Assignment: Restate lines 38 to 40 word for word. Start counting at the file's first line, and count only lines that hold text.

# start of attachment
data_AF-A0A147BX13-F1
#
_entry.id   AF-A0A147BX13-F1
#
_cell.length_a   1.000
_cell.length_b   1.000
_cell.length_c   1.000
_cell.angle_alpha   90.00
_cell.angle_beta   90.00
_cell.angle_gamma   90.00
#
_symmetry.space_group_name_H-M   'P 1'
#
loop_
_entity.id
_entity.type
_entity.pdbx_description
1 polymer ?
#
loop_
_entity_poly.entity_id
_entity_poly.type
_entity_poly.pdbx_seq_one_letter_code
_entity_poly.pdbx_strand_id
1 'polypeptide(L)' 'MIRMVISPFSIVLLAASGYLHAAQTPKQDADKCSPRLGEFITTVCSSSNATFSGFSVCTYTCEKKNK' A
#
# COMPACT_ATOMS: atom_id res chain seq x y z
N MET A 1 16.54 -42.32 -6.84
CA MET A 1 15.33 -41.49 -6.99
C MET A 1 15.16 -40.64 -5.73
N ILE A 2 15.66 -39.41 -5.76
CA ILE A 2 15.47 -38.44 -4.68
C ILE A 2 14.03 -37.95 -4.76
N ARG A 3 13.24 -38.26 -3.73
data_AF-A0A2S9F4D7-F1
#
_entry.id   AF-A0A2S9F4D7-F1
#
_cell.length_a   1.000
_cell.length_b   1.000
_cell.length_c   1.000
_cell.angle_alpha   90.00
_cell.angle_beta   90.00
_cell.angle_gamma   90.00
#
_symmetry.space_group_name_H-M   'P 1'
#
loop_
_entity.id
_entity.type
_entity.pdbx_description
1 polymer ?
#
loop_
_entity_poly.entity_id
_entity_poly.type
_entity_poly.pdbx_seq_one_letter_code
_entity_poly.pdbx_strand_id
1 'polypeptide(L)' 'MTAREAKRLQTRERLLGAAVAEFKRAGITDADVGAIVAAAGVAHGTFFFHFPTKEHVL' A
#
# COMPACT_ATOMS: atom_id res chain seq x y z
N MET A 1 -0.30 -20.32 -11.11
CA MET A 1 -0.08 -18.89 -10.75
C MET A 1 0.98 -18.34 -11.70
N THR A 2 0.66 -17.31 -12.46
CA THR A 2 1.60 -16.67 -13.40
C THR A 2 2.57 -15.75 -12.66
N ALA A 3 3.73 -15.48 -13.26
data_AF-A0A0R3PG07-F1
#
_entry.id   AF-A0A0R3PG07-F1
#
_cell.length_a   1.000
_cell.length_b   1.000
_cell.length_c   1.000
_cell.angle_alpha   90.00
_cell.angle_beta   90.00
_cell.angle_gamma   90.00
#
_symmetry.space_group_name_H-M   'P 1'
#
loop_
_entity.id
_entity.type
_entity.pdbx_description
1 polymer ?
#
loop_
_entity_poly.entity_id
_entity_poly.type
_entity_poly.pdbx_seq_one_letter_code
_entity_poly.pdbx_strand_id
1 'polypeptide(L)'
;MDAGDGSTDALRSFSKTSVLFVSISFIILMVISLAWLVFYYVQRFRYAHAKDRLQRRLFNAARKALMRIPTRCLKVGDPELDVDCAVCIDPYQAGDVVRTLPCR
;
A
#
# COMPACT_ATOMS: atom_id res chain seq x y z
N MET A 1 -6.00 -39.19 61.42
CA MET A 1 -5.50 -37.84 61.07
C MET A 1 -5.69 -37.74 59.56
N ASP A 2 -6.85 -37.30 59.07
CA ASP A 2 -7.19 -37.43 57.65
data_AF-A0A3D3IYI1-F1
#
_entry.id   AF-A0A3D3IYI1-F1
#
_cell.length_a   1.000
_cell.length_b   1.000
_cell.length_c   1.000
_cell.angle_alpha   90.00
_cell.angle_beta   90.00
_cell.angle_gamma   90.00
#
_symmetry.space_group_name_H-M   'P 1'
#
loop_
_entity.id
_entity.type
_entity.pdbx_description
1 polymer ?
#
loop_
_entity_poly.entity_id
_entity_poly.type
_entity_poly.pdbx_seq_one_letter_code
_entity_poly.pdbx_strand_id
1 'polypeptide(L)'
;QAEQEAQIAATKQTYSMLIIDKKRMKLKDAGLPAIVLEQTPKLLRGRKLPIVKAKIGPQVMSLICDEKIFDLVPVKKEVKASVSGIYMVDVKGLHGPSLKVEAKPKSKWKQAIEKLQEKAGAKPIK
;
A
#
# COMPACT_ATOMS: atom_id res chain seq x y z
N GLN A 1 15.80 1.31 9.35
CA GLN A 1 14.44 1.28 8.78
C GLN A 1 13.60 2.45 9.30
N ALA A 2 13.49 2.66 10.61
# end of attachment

#
_cell.length_a   1.000
_cell.length_b   1.000